Mary Wilson, a founding member of the legendary pop group The Supremes, has passed away suddenly at the age of 76, according to a statement her publicist sent to The Associated Press. 

Wilson’s passing came as a surprise to many. Just two days ago, she released a video announcing that she would be releasing some of her solo music in a new deal with Universal Music in honor of Black History Month. 

“We’re going to be talking about the Supremes 60th anniversary, and I’m going to be talking a lot about that mainly because I’ve finally decided how to work with Universal and they’re going to release new recordings, Mary Wilson recordings,” she said. “Yes! At last! Hopefully some of that will be out on my birthday,” she continued. “We’ll see. I’ve got my fingers crossed here. Yes I do.”

 

Her longtime publicist Jay Schwartz said Wilson died at her home in Las Vegas but the cause was unknown. She is survived by her two children and seven grandchildren, according to Variety.

Wilson, Diana Ross and Florence Ballard founded The Supremes as teens in Detroit, joining Berry Gordy’ Motown and becoming the label’s first and most successful girl group ever. In a statement, Gordy called Wilson a “major member of the Motown family.”

“The Supremes were always known as the ‘sweethearts of Motown.’ Mary, along with Diana Ross and Florence Ballard, came to Motown in the early 1960s. After an unprecedented string of Number One hits, television and nightclub bookings, they opened doors for themselves, the other Motown acts, and many, many others,” Gordy said.

“I was always proud of Mary. She was quite a star in her own right and over the years continued to work hard to boost the legacy of the Supremes. Mary Wilson was extremely special to me. She was a trailblazer, a diva and will be deeply missed,” he added.

Wilson was born in Greenville, Mississippi, in 1944 and spent years living with family members in Detroit’s Brewster-Douglass Housing, where she met Ballard and Ross and created The Primettes in 1959 as a sister group to another local band led by future Temptation band members Paul Williams and Eddie Kendricks.

They renamed themselves The Supremes in 1961 and spent years toiling before getting their first hit with “When the Lovelight Starts Shining Through His Eyes” in 1963. With Ross taking more of a lead role, the group recorded its first smash hit in “Where Did Our Love Go” in 1964, sending them to the top of the charts.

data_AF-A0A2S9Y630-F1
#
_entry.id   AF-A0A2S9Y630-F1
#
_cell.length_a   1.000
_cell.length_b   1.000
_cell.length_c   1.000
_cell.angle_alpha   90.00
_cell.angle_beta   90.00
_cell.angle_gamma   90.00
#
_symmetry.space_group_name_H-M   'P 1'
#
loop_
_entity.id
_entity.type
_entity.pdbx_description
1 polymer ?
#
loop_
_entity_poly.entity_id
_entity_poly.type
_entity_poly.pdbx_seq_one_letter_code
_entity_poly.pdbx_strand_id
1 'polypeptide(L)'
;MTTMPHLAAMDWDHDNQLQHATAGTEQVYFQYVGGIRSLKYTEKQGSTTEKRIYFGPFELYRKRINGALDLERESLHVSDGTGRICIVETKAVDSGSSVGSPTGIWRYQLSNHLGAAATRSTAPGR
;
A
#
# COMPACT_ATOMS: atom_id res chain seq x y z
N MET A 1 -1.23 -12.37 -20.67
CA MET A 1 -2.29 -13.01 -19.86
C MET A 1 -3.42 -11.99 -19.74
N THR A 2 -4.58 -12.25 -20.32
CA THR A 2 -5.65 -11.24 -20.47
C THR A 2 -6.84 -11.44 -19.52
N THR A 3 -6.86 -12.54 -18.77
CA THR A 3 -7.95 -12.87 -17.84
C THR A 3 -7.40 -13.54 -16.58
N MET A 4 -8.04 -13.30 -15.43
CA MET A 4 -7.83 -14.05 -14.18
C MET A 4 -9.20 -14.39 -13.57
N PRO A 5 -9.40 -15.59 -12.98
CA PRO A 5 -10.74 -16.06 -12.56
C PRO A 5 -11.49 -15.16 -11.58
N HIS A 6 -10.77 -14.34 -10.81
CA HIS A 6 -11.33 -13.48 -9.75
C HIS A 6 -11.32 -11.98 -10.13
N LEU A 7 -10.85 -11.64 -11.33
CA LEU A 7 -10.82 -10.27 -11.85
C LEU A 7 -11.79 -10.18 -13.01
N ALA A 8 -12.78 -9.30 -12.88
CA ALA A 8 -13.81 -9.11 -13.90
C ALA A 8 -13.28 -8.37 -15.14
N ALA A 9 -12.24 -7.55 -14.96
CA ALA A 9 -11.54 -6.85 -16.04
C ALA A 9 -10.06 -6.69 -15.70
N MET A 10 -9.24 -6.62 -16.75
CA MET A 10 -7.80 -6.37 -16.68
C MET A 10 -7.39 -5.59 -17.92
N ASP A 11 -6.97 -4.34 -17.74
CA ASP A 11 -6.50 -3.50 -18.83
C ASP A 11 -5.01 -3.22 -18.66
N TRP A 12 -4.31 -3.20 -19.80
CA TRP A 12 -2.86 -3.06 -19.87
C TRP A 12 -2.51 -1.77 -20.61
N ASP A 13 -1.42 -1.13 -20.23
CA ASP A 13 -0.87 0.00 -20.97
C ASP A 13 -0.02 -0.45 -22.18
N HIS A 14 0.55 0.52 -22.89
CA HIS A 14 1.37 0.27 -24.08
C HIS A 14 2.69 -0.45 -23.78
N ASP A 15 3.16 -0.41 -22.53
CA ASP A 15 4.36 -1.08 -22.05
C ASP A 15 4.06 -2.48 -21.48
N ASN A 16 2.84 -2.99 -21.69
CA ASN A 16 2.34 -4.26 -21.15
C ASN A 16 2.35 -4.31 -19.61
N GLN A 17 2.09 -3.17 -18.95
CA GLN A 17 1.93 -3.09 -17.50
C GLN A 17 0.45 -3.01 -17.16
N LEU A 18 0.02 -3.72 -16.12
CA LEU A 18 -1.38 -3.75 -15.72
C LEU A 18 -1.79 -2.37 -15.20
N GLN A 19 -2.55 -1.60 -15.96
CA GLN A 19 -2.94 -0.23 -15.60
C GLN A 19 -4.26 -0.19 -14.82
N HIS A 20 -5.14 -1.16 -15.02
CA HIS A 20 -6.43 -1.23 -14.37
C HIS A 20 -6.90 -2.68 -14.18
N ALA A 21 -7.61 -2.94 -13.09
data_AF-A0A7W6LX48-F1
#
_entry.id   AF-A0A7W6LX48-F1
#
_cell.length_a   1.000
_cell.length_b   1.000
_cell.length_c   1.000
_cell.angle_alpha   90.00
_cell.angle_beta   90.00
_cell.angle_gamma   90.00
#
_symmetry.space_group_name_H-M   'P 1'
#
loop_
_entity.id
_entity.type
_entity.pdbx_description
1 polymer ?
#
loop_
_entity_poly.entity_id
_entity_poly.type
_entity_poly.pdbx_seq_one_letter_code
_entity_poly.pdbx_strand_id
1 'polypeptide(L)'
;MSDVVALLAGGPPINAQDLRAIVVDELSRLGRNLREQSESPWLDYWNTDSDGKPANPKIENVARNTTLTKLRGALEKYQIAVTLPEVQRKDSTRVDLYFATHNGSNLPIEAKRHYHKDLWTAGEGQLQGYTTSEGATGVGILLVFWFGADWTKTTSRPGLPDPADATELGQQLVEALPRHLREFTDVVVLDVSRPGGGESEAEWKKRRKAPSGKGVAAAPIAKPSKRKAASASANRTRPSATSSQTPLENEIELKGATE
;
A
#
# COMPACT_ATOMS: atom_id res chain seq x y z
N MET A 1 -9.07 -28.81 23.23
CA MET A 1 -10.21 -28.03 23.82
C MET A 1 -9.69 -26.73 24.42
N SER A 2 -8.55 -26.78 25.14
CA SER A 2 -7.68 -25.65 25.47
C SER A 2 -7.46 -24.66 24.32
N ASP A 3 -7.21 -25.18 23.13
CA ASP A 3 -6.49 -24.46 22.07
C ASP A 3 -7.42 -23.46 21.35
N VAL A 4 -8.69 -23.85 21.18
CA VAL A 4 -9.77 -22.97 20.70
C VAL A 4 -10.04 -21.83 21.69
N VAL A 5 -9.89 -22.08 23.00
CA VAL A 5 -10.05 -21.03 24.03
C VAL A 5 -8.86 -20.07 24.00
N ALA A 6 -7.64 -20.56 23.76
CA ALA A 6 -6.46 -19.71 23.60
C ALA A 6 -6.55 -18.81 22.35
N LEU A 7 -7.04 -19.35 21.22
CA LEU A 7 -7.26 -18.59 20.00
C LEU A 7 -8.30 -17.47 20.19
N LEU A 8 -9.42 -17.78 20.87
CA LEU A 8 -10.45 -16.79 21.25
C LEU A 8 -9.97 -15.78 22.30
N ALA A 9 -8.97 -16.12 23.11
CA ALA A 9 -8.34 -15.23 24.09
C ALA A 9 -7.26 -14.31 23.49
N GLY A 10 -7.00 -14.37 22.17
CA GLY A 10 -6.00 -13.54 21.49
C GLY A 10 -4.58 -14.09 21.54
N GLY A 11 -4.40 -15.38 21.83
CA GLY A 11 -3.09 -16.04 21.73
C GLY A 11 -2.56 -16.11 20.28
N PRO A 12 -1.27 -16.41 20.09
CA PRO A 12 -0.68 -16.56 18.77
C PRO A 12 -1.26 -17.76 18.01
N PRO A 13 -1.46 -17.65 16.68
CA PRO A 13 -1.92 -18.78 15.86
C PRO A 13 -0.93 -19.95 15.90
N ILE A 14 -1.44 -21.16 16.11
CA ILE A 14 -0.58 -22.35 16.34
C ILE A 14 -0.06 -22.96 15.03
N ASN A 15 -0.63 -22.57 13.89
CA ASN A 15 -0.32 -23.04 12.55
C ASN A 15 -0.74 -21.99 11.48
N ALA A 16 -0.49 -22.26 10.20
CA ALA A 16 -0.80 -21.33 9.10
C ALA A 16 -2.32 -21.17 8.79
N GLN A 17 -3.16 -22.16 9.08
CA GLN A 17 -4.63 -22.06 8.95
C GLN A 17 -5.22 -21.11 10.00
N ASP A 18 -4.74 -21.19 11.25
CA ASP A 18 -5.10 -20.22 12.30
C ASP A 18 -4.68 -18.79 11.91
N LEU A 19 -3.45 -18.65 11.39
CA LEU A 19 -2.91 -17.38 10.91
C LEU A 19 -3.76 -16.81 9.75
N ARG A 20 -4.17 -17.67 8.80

That legendary classic kickstarted an unprecedented run of chart success, with The Supremes rivaling The Beatles as chart-toppers for nearly a decade. 

According to Rolling Stone, they had 12 number one hits, including “Baby Love,” “Come See About Me,” “Stop! In the Name of Love,” “Back in My Arms Again,” “I Hear a Symphony,” “You Can’t Hurry Love,” “You Keep Me Hanging On” and “Reflections,” all from 1964 to 1967.

As Wilson chronicled in a number of her books, she and Ross began to have disagreements over the lead singer’s conduct and relationship with Gordy. Ross went solo in 1970 but Wilson stayed with The Supremes for many more years, becoming a constant as the group shifted out members. 

“I just woke up to this news , my condolences to you Mary’s family, I am reminded that each day is a gift, I have so many wonderful memories of our time together ‘The Supremes ‘will live on, in our hearts,” Ross tweeted about Wilson’s death after hearing about it on Tuesday. 

After the group officially disbanded in 1977, Wilson started a long career as an activist, author and continued to tour.

“Wilson used her fame and flair to promote a diversity of humanitarian efforts including ending hunger, raising HIV/AIDS awareness and encouraging world peace,” Schwartz told CNN.

Her best-selling books chronicled her time in the group and sought to remind the public of how important she was to their success. 

“Most people only know me as a background singer, the oohs and aah but before they leave my show, they see there’s a voice. I have a very warm, nice voice. I want people to go away knowing, ‘Wow, it wasn’t just one girl in the Supremes. Maybe it was three,’” Wilson told Rolling Stone in 2000. 

According to Variety, her family has asked that people donate to UNCF.org and the Humpty Dumpty Institute in her honor. 

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